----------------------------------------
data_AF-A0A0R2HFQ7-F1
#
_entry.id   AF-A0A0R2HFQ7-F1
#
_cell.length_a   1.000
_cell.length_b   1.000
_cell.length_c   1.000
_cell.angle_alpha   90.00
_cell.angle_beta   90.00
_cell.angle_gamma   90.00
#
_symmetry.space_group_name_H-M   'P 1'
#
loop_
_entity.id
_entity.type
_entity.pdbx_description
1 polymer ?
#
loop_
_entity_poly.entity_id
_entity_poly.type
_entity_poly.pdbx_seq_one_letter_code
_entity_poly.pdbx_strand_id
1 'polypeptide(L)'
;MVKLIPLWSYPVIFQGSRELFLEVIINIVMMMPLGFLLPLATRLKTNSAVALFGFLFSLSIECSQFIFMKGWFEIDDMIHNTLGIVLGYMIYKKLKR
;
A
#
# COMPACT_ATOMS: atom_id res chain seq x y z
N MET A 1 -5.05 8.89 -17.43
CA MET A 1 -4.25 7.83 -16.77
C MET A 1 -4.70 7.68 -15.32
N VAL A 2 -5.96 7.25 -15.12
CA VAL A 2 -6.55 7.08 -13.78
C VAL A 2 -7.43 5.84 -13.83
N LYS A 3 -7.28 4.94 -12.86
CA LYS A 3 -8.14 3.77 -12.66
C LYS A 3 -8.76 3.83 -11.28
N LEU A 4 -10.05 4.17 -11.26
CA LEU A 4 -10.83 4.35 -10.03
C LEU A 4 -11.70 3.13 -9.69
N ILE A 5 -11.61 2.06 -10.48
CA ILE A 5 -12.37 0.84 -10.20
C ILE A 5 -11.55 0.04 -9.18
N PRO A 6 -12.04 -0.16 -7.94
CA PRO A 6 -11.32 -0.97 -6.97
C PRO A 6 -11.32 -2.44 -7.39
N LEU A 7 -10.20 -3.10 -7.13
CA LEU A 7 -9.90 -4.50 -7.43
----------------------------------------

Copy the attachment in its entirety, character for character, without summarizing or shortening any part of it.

data_AF-A0A0R2HFQ7-F1
#
_entry.id   AF-A0A0R2HFQ7-F1
#
_cell.length_a   1.000
_cell.length_b   1.000
_cell.length_c   1.000
_cell.angle_alpha   90.00
_cell.angle_beta   90.00
_cell.angle_gamma   90.00
#
_symmetry.space_group_name_H-M   'P 1'
#
loop_
_entity.id
_entity.type
_entity.pdbx_description
1 polymer ?
#
loop_
_entity_poly.entity_id
_entity_poly.type
_entity_poly.pdbx_seq_one_letter_code
_entity_poly.pdbx_strand_id
1 'polypeptide(L)'
;MVKLIPLWSYPVIFQGSRELFLEVIINIVMMMPLGFLLPLATRLKTNSAVALFGFLFSLSIECSQFIFMKGWFEIDDMIHNTLGIVLGYMIYKKLKR
;
A
#
# COMPACT_ATOMS: atom_id res chain seq x y z
N MET A 1 -5.05 8.89 -17.43
CA MET A 1 -4.25 7.83 -16.77
C MET A 1 -4.70 7.68 -15.32
N VAL A 2 -5.96 7.25 -15.12
CA VAL A 2 -6.55 7.08 -13.78
C VAL A 2 -7.43 5.84 -13.83
N LYS A 3 -7.28 4.94 -12.86
CA LYS A 3 -8.14 3.77 -12.66
C LYS A 3 -8.76 3.83 -11.28
N LEU A 4 -10.05 4.17 -11.26
CA LEU A 4 -10.83 4.35 -10.03
C LEU A 4 -11.70 3.13 -9.69
N ILE A 5 -11.61 2.06 -10.48
CA ILE A 5 -12.37 0.84 -10.20
C ILE A 5 -11.55 0.04 -9.18
N PRO A 6 -12.04 -0.16 -7.94
CA PRO A 6 -11.32 -0.97 -6.97
C PRO A 6 -11.32 -2.44 -7.39
N LEU A 7 -10.20 -3.10 -7.13
CA LEU A 7 -9.90 -4.50 -7.43